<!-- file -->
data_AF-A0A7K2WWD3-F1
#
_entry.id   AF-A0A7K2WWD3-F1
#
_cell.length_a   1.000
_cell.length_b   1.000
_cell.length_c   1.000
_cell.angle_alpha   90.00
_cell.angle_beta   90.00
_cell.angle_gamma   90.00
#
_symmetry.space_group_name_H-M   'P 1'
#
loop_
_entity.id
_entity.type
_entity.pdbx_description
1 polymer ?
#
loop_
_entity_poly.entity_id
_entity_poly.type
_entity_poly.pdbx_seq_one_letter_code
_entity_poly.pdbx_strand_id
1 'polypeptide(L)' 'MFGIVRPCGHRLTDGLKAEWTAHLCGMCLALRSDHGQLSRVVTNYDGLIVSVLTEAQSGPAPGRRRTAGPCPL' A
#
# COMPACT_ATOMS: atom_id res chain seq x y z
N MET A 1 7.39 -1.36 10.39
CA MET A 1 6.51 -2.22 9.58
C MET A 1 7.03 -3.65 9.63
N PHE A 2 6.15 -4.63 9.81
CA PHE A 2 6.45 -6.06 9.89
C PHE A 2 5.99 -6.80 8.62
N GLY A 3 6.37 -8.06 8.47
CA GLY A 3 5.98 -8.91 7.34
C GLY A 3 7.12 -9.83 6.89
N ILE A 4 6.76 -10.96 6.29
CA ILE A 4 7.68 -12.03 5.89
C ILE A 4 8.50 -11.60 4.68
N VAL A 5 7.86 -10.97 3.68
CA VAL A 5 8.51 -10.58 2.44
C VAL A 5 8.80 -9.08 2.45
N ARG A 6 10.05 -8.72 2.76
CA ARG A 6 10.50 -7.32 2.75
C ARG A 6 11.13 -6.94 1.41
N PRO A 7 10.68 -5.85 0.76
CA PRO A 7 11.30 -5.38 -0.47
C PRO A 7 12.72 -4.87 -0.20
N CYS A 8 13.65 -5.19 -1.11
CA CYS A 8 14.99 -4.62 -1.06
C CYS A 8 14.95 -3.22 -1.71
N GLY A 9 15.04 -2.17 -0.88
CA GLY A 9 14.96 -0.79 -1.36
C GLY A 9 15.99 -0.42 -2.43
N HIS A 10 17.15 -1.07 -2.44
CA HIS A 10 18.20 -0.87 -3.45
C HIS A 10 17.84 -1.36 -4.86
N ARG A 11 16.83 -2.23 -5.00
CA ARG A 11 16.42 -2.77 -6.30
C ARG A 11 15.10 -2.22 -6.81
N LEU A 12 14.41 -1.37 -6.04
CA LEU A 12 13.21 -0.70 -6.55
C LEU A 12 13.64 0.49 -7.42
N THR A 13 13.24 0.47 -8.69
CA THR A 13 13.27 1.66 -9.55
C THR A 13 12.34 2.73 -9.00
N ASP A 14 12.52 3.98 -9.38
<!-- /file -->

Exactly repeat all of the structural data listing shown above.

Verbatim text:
data_AF-A0A7K2WWD3-F1
#
_entry.id   AF-A0A7K2WWD3-F1
#
_cell.length_a   1.000
_cell.length_b   1.000
_cell.length_c   1.000
_cell.angle_alpha   90.00
_cell.angle_beta   90.00
_cell.angle_gamma   90.00
#
_symmetry.space_group_name_H-M   'P 1'
#
loop_
_entity.id
_entity.type
_entity.pdbx_description
1 polymer ?
#
loop_
_entity_poly.entity_id
_entity_poly.type
_entity_poly.pdbx_seq_one_letter_code
_entity_poly.pdbx_strand_id
1 'polypeptide(L)' 'MFGIVRPCGHRLTDGLKAEWTAHLCGMCLALRSDHGQLSRVVTNYDGLIVSVLTEAQSGPAPGRRRTAGPCPL' A
#
# COMPACT_ATOMS: atom_id res chain seq x y z
N MET A 1 7.39 -1.36 10.39
CA MET A 1 6.51 -2.22 9.58
C MET A 1 7.03 -3.65 9.63
N PHE A 2 6.15 -4.63 9.81
CA PHE A 2 6.45 -6.06 9.89
C PHE A 2 5.99 -6.80 8.62
N GLY A 3 6.37 -8.06 8.47
CA GLY A 3 5.98 -8.91 7.34
C GLY A 3 7.12 -9.83 6.89
N ILE A 4 6.76 -10.96 6.29
CA ILE A 4 7.68 -12.03 5.89
C ILE A 4 8.50 -11.60 4.68
N VAL A 5 7.86 -10.97 3.68
CA VAL A 5 8.51 -10.58 2.44
C VAL A 5 8.80 -9.08 2.45
N ARG A 6 10.05 -8.72 2.76
CA ARG A 6 10.50 -7.32 2.75
C ARG A 6 11.13 -6.94 1.41
N PRO A 7 10.68 -5.85 0.76
CA PRO A 7 11.30 -5.38 -0.47
C PRO A 7 12.72 -4.87 -0.20
N CYS A 8 13.65 -5.19 -1.11
CA CYS A 8 14.99 -4.62 -1.06
C CYS A 8 14.95 -3.22 -1.71
N GLY A 9 15.04 -2.17 -0.88
CA GLY A 9 14.96 -0.79 -1.36
C GLY A 9 15.99 -0.42 -2.43
N HIS A 10 17.15 -1.07 -2.44
CA HIS A 10 18.20 -0.87 -3.45
C HIS A 10 17.84 -1.36 -4.86
N ARG A 11 16.83 -2.23 -5.00
CA ARG A 11 16.42 -2.77 -6.30
C ARG A 11 15.10 -2.22 -6.81
N LEU A 12 14.41 -1.37 -6.04
CA LEU A 12 13.21 -0.70 -6.55
C LEU A 12 13.64 0.49 -7.42
N THR A 13 13.24 0.47 -8.69
CA THR A 13 13.27 1.66 -9.55
C THR A 13 12.34 2.73 -9.00
N ASP A 14 12.52 3.98 -9.38